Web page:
Common considerations for executing MTAs with companies
Ownership of intellectual property by the company
If an MTA states that the material provider will own any resulting intellectual property, investigators may be restricted in their ability to interact with a future sponsor, may have conflicts with obligations to current sponsors, may be prohibited from publishing and may be unable to use the research results in further research. While it is appropriate to allow the company to own certain inventions and results from the use of their materials, we may allow this only when doing so will not pose a barrier to publication and continuing research at the University.
Non-exclusive, royalty-free rights to use any inventions
While this provision seems reasonable, it implies that the University has or will obtain patent rights in order to convey this right. Patents can be very costly and the University typically recovers the cost of obtaining patent protection by licensing rights to use the patent to a company. If the company is under no obligation to pay any fees for use of the rights, the University could be forced to take on expenses it likely will not be able to recover. OTC is not able to accept this commercial risk and must negotiate terms that will allow the company to pay a share of patent costs should patents be required.
Companies may provide confidential information with the material and they may request that such information not be further disclosed. If the information is necessary for interpretation of the research results obtained using the material, that same information may also be required for publication of those results. The University cannot accept provisions that would prohibit an investigator from ever publishing the results of work using the company’s material.
Delay in publication
In order to protect potentially patentable inventions, companies often demand a review period for the investigator’s manuscripts, abstracts or hard-copies of presentation materials. This demand may jeopardize the timeliness of publication. If acceptable to researchers, OTC will allow a short delay to allow OTC and the company to review the publication and file a patent, if necessary.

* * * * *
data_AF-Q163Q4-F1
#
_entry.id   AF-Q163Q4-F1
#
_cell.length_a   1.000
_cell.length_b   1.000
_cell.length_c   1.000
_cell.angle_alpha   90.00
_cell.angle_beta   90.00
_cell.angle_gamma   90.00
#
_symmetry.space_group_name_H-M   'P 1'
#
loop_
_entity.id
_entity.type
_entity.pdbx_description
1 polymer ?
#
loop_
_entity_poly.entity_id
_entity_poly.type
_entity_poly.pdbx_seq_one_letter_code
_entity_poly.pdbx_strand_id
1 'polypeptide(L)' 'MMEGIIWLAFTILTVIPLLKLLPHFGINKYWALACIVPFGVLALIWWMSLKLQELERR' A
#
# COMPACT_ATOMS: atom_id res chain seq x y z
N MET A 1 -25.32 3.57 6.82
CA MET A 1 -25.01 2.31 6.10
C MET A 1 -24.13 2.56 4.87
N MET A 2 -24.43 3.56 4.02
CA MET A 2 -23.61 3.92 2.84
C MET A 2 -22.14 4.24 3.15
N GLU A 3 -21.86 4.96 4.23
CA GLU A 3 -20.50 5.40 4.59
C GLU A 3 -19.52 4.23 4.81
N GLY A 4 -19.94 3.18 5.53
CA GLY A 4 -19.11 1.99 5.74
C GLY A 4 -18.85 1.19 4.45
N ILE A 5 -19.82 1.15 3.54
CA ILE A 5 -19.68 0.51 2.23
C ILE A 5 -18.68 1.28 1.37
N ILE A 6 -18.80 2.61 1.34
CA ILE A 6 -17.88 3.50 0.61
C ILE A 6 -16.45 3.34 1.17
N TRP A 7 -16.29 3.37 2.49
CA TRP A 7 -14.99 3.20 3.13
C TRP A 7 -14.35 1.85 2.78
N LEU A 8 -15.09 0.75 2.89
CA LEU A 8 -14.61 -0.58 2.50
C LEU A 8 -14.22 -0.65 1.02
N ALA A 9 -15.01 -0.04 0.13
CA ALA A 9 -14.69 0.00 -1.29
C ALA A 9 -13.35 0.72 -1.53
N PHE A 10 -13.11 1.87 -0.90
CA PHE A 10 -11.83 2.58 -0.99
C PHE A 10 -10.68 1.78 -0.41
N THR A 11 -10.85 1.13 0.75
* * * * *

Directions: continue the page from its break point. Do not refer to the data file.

Use of materials in sponsored research projects
Many industry MTAs contain language that prohibits the use of the material in research that is subject to licensing or consulting obligations to any third party, including the sponsor of the research project. Researchers will need to identify what funds will be used to support the project if no external funds, including NIH funds, may be used to support the project.
Definition of material
The industry provider may propose a definition of material that includes not only the original material, but also modifications or derivatives made from the material that incorporate the investigator’s original ideas or concepts. If the provider also claimed ownership of the modified material, the provider could own the results of the investigator’s research. The investigator could be prevented from using research results in further research, transferring them to other organizations, meeting obligations to research sponsors, or ensuring that the results are made public.
Conflicts with existing agreements
Industry MTAs may contain obligations that conflict with obligations in a preexisting agreement. Also, the material may be used in conjunction with a separate material received under another MTA. These situations could result in granting two or more parties conflicting rights to the same invention.